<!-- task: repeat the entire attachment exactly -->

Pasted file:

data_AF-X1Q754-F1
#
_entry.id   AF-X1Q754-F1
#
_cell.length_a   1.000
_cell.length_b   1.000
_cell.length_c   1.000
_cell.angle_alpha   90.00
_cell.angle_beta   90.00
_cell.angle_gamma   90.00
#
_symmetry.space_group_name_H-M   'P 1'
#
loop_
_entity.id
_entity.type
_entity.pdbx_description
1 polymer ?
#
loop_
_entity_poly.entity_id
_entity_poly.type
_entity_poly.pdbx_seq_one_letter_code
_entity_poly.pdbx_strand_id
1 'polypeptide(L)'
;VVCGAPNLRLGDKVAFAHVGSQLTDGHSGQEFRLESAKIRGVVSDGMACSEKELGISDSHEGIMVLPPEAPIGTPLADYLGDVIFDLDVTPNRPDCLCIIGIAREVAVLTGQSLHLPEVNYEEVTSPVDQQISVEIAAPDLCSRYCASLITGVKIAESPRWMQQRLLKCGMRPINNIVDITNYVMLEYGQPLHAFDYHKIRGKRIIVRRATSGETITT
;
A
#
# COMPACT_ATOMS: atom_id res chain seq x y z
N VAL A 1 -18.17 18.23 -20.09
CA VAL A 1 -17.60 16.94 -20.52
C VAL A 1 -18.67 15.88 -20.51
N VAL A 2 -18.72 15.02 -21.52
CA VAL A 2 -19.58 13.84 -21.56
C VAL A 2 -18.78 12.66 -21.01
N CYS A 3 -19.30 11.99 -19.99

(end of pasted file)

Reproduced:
data_AF-X1Q754-F1
#
_entry.id   AF-X1Q754-F1
#
_cell.length_a   1.000
_cell.length_b   1.000
_cell.length_c   1.000
_cell.angle_alpha   90.00
_cell.angle_beta   90.00
_cell.angle_gamma   90.00
#
_symmetry.space_group_name_H-M   'P 1'
#
loop_
_entity.id
_entity.type
_entity.pdbx_description
1 polymer ?
#
loop_
_entity_poly.entity_id
_entity_poly.type
_entity_poly.pdbx_seq_one_letter_code
_entity_poly.pdbx_strand_id
1 'polypeptide(L)'
;VVCGAPNLRLGDKVAFAHVGSQLTDGHSGQEFRLESAKIRGVVSDGMACSEKELGISDSHEGIMVLPPEAPIGTPLADYLGDVIFDLDVTPNRPDCLCIIGIAREVAVLTGQSLHLPEVNYEEVTSPVDQQISVEIAAPDLCSRYCASLITGVKIAESPRWMQQRLLKCGMRPINNIVDITNYVMLEYGQPLHAFDYHKIRGKRIIVRRATSGETITT
;
A
#
# COMPACT_ATOMS: atom_id res chain seq x y z
N VAL A 1 -18.17 18.23 -20.09
CA VAL A 1 -17.60 16.94 -20.52
C VAL A 1 -18.67 15.88 -20.51
N VAL A 2 -18.72 15.02 -21.52
CA VAL A 2 -19.58 13.84 -21.56
C VAL A 2 -18.78 12.66 -21.01
N CYS A 3 -19.30 11.99 -19.99